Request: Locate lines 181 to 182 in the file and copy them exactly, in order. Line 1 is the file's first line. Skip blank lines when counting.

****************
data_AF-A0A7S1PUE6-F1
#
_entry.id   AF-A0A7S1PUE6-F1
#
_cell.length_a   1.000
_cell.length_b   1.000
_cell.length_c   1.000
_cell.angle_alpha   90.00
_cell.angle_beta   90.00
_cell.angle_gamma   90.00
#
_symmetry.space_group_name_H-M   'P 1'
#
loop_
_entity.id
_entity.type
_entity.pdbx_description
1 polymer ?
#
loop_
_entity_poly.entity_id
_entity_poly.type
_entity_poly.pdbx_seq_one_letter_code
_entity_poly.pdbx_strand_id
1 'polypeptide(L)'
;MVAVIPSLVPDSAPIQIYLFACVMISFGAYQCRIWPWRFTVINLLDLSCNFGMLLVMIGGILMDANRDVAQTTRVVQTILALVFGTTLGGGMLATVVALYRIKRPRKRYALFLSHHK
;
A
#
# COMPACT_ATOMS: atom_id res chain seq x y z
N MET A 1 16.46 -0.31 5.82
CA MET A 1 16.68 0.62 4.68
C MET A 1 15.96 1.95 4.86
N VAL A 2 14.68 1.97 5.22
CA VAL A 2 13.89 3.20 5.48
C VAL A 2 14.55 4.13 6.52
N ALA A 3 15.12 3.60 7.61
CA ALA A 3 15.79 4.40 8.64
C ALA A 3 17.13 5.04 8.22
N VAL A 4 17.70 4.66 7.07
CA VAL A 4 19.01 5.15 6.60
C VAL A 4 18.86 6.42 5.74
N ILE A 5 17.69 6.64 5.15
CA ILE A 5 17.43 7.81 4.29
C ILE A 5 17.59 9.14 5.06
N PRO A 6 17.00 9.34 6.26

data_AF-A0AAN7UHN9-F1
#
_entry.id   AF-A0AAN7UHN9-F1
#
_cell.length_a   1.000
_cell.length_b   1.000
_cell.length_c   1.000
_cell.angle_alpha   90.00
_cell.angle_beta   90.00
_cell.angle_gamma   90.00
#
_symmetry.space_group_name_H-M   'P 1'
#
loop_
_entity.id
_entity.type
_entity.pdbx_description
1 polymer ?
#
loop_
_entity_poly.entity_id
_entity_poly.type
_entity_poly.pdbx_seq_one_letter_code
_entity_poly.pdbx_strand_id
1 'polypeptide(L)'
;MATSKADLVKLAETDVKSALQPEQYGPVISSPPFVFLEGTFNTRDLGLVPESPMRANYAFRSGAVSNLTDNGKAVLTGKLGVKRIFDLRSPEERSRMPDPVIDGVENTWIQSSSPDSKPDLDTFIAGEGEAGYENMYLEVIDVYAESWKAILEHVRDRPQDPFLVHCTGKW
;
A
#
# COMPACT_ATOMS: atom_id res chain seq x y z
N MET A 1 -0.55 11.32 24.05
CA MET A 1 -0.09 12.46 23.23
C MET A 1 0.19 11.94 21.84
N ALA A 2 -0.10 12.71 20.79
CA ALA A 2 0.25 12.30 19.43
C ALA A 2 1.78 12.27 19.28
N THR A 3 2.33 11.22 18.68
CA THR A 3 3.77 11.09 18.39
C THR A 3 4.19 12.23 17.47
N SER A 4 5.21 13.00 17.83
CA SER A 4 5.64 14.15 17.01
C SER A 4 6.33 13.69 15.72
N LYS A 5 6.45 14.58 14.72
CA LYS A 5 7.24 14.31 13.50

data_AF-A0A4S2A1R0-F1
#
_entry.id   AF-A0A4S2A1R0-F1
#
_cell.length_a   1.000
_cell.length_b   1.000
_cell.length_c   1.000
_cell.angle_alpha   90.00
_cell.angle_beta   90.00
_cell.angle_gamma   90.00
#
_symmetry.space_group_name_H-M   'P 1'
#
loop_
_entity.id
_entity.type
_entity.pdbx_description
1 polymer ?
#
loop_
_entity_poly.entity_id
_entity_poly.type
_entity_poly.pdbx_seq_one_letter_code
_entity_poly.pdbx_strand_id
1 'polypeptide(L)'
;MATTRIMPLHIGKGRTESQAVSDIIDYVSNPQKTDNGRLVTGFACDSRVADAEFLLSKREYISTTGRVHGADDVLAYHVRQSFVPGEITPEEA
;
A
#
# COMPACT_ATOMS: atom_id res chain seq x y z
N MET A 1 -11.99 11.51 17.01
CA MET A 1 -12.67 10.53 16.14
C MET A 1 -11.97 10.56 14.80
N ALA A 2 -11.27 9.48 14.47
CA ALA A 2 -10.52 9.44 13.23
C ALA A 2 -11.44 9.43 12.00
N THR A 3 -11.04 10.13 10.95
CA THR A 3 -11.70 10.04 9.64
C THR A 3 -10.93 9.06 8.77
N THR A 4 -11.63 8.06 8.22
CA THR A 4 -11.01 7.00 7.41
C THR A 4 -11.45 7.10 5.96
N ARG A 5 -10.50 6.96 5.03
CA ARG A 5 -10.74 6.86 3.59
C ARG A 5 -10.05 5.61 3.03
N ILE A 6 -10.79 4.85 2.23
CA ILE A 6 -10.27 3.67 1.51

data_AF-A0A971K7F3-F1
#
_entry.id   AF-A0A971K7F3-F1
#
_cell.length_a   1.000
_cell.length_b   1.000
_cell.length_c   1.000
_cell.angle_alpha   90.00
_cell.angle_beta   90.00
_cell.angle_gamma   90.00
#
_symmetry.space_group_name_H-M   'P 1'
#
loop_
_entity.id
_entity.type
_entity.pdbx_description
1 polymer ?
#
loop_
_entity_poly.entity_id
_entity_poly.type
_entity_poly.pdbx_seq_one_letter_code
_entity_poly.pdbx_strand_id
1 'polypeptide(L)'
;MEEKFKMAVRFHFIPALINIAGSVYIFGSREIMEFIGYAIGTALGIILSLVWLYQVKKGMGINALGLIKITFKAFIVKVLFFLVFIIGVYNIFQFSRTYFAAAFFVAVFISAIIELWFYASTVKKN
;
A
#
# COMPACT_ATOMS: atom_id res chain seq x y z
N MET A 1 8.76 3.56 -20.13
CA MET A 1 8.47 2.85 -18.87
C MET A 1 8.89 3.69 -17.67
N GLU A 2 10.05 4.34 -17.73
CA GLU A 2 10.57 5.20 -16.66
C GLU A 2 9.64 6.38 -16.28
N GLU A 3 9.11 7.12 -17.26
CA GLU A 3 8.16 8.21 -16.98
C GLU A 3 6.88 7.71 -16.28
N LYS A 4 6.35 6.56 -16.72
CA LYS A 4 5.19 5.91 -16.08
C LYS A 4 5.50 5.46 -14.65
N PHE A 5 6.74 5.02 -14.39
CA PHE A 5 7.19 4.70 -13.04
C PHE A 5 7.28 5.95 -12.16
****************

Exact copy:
CA PHE A 5 7.19 4.70 -13.04
C PHE A 5 7.28 5.95 -12.16